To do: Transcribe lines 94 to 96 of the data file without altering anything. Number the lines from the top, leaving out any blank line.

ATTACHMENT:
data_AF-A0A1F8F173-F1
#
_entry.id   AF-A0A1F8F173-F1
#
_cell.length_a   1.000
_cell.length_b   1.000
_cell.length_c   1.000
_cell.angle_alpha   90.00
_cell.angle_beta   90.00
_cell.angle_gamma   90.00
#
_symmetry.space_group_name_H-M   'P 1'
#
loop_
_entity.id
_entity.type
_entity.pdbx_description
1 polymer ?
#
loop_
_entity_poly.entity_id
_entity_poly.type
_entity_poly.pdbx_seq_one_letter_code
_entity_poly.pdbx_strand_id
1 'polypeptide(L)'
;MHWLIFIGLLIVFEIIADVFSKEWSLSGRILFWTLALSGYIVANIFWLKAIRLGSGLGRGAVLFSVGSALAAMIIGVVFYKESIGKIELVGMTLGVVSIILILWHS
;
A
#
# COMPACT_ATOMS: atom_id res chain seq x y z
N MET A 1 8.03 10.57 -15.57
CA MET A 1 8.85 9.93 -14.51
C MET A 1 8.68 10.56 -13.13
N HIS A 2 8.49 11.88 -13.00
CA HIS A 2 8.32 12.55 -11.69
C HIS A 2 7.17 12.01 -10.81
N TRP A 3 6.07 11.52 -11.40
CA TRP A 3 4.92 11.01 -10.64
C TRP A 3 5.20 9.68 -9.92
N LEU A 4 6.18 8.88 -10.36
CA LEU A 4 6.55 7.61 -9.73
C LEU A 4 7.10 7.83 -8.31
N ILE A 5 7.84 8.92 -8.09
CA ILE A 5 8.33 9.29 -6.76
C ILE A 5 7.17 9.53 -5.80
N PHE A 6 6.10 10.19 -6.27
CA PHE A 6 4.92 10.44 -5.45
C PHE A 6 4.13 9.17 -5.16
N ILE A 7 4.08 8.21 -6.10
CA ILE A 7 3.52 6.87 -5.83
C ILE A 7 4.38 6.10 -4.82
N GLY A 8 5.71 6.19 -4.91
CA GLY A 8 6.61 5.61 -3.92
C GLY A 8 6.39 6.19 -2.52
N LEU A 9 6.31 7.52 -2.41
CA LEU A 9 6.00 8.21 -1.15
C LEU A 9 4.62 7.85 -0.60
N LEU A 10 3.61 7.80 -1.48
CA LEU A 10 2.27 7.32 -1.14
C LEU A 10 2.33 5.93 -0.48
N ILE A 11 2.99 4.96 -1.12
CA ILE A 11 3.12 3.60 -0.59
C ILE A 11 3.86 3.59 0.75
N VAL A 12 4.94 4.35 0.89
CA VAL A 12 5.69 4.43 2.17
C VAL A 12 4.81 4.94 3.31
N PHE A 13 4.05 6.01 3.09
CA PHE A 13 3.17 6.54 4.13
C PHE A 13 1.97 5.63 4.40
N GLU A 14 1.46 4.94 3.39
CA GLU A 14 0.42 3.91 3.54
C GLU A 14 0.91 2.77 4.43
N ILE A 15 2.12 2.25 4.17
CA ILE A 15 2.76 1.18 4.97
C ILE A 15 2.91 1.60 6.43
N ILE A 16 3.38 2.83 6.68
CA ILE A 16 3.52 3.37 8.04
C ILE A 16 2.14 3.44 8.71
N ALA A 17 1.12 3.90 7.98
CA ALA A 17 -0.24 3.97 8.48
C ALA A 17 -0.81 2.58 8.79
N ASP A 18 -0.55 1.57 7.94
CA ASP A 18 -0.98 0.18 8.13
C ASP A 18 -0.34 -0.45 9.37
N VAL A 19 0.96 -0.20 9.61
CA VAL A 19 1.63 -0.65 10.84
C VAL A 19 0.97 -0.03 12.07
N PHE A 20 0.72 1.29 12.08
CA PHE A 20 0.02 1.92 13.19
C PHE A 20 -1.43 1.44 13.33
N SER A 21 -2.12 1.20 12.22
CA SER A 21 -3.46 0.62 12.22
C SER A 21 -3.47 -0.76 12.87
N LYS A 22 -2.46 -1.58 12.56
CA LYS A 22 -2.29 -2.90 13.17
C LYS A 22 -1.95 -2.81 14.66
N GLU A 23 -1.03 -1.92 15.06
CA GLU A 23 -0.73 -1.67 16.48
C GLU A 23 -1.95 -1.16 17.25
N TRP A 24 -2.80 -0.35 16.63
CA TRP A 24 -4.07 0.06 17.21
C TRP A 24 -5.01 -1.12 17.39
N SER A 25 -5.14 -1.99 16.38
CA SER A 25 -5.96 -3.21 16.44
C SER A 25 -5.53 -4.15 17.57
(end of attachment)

N LYS A 22 -2.46 -1.58 12.56
CA LYS A 22 -2.29 -2.90 13.17
C LYS A 22 -1.95 -2.81 14.66